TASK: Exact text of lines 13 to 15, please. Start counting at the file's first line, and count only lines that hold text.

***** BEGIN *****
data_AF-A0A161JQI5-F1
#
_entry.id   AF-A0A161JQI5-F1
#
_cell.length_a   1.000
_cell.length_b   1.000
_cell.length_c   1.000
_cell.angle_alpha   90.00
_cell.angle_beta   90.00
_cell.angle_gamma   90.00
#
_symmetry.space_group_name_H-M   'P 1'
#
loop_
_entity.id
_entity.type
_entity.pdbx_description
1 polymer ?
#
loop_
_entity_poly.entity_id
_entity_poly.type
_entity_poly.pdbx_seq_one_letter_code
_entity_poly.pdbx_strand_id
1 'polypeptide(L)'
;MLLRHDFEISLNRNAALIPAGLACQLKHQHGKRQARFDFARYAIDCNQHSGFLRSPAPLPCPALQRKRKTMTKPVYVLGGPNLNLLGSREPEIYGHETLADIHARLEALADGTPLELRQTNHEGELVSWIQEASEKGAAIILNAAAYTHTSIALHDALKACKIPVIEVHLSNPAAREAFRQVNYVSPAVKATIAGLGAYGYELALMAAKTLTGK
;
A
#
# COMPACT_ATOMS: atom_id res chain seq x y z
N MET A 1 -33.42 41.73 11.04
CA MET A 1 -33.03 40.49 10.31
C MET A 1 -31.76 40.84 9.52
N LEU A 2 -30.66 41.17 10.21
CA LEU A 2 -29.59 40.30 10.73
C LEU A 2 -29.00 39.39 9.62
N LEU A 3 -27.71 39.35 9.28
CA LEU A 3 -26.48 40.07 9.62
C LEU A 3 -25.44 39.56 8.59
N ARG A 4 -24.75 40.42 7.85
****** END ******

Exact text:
#
loop_
_entity.id